The experiment was carried out in 12 ponds that were randomly used for four experimental treatments of rohu (650 g). Two stocking densities were used. Six ponds (two densities) were stocked with fish that received penicillin plus streptomycin intraperitoneally, while fish for the other six ponds received sham-injections of distilled water. All fish were treated equally otherwise. Their allocation to groups was also randomized. The experiment lasted 12 days. Mortalities occurred 2 to 5 days after stocking and then ceased. All sick and dead fish exhibited symptoms of columnaris disease, while some also had saprolegnia infection of the skin. Flexibacter columnaris was isolated from skin lesions and kidneys of sick and dead fish.
Mortality in fish that received the antibiotics by injection was 1.75 percent and the mortality in non-antibiotic-treated group was 27.18 percent. The stocking density did not affect the mortality rate.
The above experiment indicates that an outbreak of columnaris disease can be triggered in rohu by handling. This is a known fact in fish culture of warmwater species in Europe and North America. The results obtained suggest that injection of suitable antibiotics can decrease losses after handling of broodstock during spawning operations, and that further experiments are needed to assess losses during normal stocking of ponds due to handling, as well as on prevention of such losses by bath or oral treatment of fish prior to stocking.
The second experiment was planned to find out if treatment with a nitraofuran compound can reduce the myxosporidiosis and kidney damage in rohu.
The health of cultivated fish can be adversely affected by numerous biotic and abiotic factors. The number of these factors in fish medicine is even larger than in human or veterinary medicine. Research on fish diseases and fish health protection encompasses, therefore, a constantly increasing number of narrow research fields. As in other research areas, development of sciences and their methodologies now leaves very little space for encyclopaedic oriented type of investigations. Bearing in mind that research on fish diseases has first to gain more ground in India and that practically oriented work must have priority, only a few not quite so narrow fields can be covered at present.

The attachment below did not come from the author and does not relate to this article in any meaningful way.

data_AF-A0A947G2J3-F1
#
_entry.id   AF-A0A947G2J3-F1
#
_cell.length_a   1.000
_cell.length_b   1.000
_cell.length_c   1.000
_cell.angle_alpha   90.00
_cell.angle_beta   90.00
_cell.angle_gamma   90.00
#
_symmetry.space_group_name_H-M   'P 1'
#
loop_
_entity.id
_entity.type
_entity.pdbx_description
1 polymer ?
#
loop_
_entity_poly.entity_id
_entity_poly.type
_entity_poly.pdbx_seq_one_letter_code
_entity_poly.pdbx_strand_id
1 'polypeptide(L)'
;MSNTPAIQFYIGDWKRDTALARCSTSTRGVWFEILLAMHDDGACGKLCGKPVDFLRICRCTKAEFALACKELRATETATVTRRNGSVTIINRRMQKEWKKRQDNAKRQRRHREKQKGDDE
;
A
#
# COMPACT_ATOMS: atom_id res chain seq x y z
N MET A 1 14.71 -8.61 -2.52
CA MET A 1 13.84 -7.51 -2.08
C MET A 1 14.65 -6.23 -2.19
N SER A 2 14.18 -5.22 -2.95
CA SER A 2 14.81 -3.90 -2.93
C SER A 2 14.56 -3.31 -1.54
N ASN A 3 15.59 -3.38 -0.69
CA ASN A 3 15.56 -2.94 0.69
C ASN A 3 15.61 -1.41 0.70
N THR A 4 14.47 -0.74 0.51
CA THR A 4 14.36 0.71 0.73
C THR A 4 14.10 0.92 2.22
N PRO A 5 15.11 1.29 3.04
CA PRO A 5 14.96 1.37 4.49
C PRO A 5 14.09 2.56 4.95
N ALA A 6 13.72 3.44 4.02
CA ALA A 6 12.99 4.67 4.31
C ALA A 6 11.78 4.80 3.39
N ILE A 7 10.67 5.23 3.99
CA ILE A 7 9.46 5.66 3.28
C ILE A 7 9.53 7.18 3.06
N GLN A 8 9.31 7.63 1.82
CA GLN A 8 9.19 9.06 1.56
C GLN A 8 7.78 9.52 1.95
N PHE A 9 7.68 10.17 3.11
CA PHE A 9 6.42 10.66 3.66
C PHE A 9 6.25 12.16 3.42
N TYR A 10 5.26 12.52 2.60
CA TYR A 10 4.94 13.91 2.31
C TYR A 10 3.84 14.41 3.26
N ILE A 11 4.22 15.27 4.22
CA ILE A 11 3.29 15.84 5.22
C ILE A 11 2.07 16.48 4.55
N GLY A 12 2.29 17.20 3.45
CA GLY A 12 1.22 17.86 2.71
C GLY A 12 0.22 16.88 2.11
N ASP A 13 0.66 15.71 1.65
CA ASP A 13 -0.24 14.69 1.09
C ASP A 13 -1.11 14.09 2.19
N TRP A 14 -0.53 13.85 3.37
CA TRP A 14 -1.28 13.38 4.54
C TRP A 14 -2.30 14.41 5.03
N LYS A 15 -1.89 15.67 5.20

All young scientists starting to work on ichtyopathology and health protection at FARTC should develop knowledge and research techniques on general problems and prevention of diseases. In addition to this, each of them should concentrate on work in one field, according to specific research techniques.
In the first period of research development, general examination techniques for fish, basic bacteriological, parasitological, virological and histopathological techniques, as well as experimentation on prevention and treatments of diseases, should be mastered and used in diagnostic and research work.
Scientists assigned to these fields should work as a homogeneous team, supplementing each other's activity. This is essential for avoiding situations occurring sometimes in some countries with narrow specialists, where the same fish mortality may be attributed to quite different diseases by different researchers, thus confusing the fish farmer or the institution seeking advice for prevention or treatment of diseases.
For the development of working fields it is essential that a significant part of the activity be devoted to diagnostic examination of fish from as many ponds as possible from a large territory. Such activity can be secured through research programmes on health monitoring and taking inventory of disease problems in pond culture. This work is an essential prerequisite for proper selection of research priorities in ichthyopathology, as well as in fields of prevention and treatment. On the basis of diagnostic findings, research can be oriented towards the most urgent needs of aquacultural practice.